Mr. Robot goes to Washington: How AI will change democracy

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Increasingly, digital technology is eroding the assumptions and conditions that have underpinned democracy for centuries. By now, fake news and polarization are familiar subjects to those interested in democracy's health. Just last week Facebook announced that it was doubling its'security and community' staff to 20,000. But in the future, we'll have to grapple with the much more significant idea of AI Democracy, asking which decisions could and should be taken by powerful digital systems, and whether such systems might better represent the people than the politicians we send to Congress. It's a prospect which holds possible glories but also terrible risks.


The Mirai Botnet Was Part of a College Student Minecraft Scheme

WIRED

The most dramatic cybersecurity story of 2016 came to a quiet conclusion Friday in an Anchorage courtroom, as three young American computer savants pleaded guilty to masterminding an unprecedented botnet--powered by unsecured internet-of-things devices like security cameras and wireless routers--that unleashed sweeping attacks on key internet services around the globe last fall. What drove them wasn't anarchist politics or shadowy ties to a nation-state.


The 6 most exciting AI advances of 2016 - TechRepublic

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Google's AlphaGo beats Lee Sedol at the game of Go In 2016, major automakers like Tesla and Ford announced timelines for releasing fully-autonomous vehicles. DeepMind's AlphaGo, Google's AI system, beat the world champ Lee Sedol at one of the most complex board games in history. And other major advancements in AI have had big implications in healthcare, with some systems proving more effective in detecting cancer than human doctors. Want to learn what other cool things AI did in 2016? Here are TechRepublic's top picks.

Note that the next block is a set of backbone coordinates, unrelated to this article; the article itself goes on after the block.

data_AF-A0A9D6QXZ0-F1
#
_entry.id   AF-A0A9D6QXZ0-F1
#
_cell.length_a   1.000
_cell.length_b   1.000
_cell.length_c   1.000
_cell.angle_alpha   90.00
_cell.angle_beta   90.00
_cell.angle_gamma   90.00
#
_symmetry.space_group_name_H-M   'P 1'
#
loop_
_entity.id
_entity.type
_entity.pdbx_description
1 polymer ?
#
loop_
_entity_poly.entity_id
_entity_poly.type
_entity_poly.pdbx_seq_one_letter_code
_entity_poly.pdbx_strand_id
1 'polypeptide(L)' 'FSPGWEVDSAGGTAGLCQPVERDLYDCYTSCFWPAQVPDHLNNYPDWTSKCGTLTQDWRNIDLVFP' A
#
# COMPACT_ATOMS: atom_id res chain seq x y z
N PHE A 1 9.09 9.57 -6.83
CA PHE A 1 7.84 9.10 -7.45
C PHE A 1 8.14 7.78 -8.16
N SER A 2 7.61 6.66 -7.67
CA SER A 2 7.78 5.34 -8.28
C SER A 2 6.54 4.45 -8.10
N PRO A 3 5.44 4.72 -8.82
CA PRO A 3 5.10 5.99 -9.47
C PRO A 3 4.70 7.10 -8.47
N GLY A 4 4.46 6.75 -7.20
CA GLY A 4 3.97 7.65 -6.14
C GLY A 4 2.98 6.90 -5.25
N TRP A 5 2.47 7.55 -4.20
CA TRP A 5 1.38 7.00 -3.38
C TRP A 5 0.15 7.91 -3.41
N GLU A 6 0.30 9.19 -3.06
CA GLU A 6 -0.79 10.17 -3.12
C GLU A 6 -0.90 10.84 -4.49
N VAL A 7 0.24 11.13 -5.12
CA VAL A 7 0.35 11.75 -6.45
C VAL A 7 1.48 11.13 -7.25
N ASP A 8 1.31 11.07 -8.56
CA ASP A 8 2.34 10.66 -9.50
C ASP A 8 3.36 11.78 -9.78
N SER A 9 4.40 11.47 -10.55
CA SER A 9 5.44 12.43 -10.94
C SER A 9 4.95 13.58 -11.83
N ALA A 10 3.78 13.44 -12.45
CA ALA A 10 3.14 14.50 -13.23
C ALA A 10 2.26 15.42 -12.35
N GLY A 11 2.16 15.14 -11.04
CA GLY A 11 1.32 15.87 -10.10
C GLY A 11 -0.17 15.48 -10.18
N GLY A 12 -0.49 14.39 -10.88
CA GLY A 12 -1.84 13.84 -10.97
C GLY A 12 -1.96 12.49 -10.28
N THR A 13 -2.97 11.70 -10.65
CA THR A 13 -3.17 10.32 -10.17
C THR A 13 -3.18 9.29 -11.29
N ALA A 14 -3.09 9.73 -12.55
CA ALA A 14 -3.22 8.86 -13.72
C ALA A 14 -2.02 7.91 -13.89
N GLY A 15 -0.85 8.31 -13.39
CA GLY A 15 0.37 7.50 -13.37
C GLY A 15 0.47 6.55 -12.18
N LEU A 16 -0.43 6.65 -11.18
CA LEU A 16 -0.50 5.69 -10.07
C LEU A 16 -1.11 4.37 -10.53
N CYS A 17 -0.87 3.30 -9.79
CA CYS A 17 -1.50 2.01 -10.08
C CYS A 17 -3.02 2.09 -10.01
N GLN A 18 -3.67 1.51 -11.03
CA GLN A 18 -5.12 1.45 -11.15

Army creates soft robots to go where humans cannot

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Soldiers might end up using flexible robots inspired by invertebrates to go where humans can't. Ed Habtour works in the US Army Research Laboratory's Vehicle Technology Directorate, where he specializes in nonlinear dynamical systems. The US Army Research Laboratory and University of Minnesota have joined forces to develop extra pliable materials that can be 3D-printed on the battlefield and used to build robots that can move easily within confined spaces, the way biological organisms like a squid might maneuver through small holes in underwater rocks. Current military robots can't move freely in highly populated environments because they're made with rigid mechanical parts. However, that situation may change now that researchers have recently created a prototype of soft 3D-printed dielectric elastomer actuator -- an electroactive polymer that changes shape when hit with an electrical charge.


Internet poker inches closer to legalization in California

Los Angeles Times

After years of gridlock, a bill that would help legalize Internet poker in California advanced out of a legislative committee on Wednesday after its author said there has been "serious progress toward consensus" between many competing interests in the gambling industry. The measure by Assemblyman Adam Gray (D-Merced) would allow Internet poker websites to be operated by Native American tribes that operate casinos in partnerships with card clubs. Federal approval would also be required. It would give at least 60 million annually to the horse-racing industry to compensate it for being excluded from Internet poker and for losing revenue to tribal gambling casinos. The provision on subsidizing the horse-race industry removes one stumbling block that has prevented an agreement in the past.